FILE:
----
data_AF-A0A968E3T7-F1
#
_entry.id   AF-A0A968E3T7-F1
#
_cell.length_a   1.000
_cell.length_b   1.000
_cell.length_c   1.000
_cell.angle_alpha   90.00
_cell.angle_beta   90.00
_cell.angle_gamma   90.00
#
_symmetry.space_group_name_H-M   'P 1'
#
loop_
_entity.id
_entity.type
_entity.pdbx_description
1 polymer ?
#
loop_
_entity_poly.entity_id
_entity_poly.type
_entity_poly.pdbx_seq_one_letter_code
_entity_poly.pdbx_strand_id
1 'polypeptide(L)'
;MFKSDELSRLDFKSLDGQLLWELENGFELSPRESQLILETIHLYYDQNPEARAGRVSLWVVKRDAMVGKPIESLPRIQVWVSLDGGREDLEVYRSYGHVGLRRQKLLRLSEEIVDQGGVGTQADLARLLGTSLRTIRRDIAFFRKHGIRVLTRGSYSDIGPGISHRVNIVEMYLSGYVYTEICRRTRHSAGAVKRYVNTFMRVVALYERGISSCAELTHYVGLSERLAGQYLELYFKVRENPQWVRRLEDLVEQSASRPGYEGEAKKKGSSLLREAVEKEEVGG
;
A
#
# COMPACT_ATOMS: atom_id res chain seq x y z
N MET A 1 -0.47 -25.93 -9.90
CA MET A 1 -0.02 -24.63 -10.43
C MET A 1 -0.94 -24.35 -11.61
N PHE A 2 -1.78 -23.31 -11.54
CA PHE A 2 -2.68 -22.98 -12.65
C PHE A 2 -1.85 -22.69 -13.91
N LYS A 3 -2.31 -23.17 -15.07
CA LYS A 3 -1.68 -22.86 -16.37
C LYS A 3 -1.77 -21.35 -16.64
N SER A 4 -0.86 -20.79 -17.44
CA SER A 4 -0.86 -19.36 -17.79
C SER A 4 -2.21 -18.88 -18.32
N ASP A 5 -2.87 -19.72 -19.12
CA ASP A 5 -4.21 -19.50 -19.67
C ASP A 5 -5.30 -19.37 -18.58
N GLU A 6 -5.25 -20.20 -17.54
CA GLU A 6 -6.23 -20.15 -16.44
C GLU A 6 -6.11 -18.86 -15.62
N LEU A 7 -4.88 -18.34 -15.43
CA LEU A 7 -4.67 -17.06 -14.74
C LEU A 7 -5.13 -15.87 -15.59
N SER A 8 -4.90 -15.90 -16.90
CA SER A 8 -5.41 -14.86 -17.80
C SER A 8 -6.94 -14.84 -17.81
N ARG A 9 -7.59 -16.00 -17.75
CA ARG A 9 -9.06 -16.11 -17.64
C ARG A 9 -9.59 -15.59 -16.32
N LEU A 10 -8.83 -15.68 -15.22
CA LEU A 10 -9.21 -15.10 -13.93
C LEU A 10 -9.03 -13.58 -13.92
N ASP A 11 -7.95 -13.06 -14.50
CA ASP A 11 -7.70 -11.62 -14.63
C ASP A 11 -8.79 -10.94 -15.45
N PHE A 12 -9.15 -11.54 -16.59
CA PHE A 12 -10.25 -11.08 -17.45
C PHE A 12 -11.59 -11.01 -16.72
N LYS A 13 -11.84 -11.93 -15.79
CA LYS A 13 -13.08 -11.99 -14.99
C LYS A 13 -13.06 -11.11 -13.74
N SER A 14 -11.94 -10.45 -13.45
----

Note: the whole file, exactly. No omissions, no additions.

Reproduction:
data_AF-A0A968E3T7-F1
#
_entry.id   AF-A0A968E3T7-F1
#
_cell.length_a   1.000
_cell.length_b   1.000
_cell.length_c   1.000
_cell.angle_alpha   90.00
_cell.angle_beta   90.00
_cell.angle_gamma   90.00
#
_symmetry.space_group_name_H-M   'P 1'
#
loop_
_entity.id
_entity.type
_entity.pdbx_description
1 polymer ?
#
loop_
_entity_poly.entity_id
_entity_poly.type
_entity_poly.pdbx_seq_one_letter_code
_entity_poly.pdbx_strand_id
1 'polypeptide(L)'
;MFKSDELSRLDFKSLDGQLLWELENGFELSPRESQLILETIHLYYDQNPEARAGRVSLWVVKRDAMVGKPIESLPRIQVWVSLDGGREDLEVYRSYGHVGLRRQKLLRLSEEIVDQGGVGTQADLARLLGTSLRTIRRDIAFFRKHGIRVLTRGSYSDIGPGISHRVNIVEMYLSGYVYTEICRRTRHSAGAVKRYVNTFMRVVALYERGISSCAELTHYVGLSERLAGQYLELYFKVRENPQWVRRLEDLVEQSASRPGYEGEAKKKGSSLLREAVEKEEVGG
;
A
#
# COMPACT_ATOMS: atom_id res chain seq x y z
N MET A 1 -0.47 -25.93 -9.90
CA MET A 1 -0.02 -24.63 -10.43
C MET A 1 -0.94 -24.35 -11.61
N PHE A 2 -1.78 -23.31 -11.54
CA PHE A 2 -2.68 -22.98 -12.65
C PHE A 2 -1.85 -22.69 -13.91
N LYS A 3 -2.31 -23.17 -15.07
CA LYS A 3 -1.68 -22.86 -16.37
C LYS A 3 -1.77 -21.35 -16.64
N SER A 4 -0.86 -20.79 -17.44
CA SER A 4 -0.86 -19.36 -17.79
C SER A 4 -2.21 -18.88 -18.32
N ASP A 5 -2.87 -19.72 -19.12
CA ASP A 5 -4.21 -19.50 -19.67
C ASP A 5 -5.30 -19.37 -18.58
N GLU A 6 -5.25 -20.20 -17.54
CA GLU A 6 -6.23 -20.15 -16.44
C GLU A 6 -6.11 -18.86 -15.62
N LEU A 7 -4.88 -18.34 -15.43
CA LEU A 7 -4.67 -17.06 -14.74
C LEU A 7 -5.13 -15.87 -15.59
N SER A 8 -4.90 -15.90 -16.90
CA SER A 8 -5.41 -14.86 -17.80
C SER A 8 -6.94 -14.84 -17.81
N ARG A 9 -7.59 -16.00 -17.75
CA ARG A 9 -9.06 -16.11 -17.64
C ARG A 9 -9.59 -15.59 -16.32
N LEU A 10 -8.83 -15.68 -15.22
CA LEU A 10 -9.21 -15.10 -13.93
C LEU A 10 -9.03 -13.58 -13.92
N ASP A 11 -7.95 -13.06 -14.50
CA ASP A 11 -7.70 -11.62 -14.63
C ASP A 11 -8.79 -10.94 -15.45
N PHE A 12 -9.15 -11.54 -16.59
CA PHE A 12 -10.25 -11.08 -17.45
C PHE A 12 -11.59 -11.01 -16.72
N LYS A 13 -11.84 -11.93 -15.79
CA LYS A 13 -13.08 -11.99 -14.99
C LYS A 13 -13.06 -11.11 -13.74
N SER A 14 -11.94 -10.45 -13.45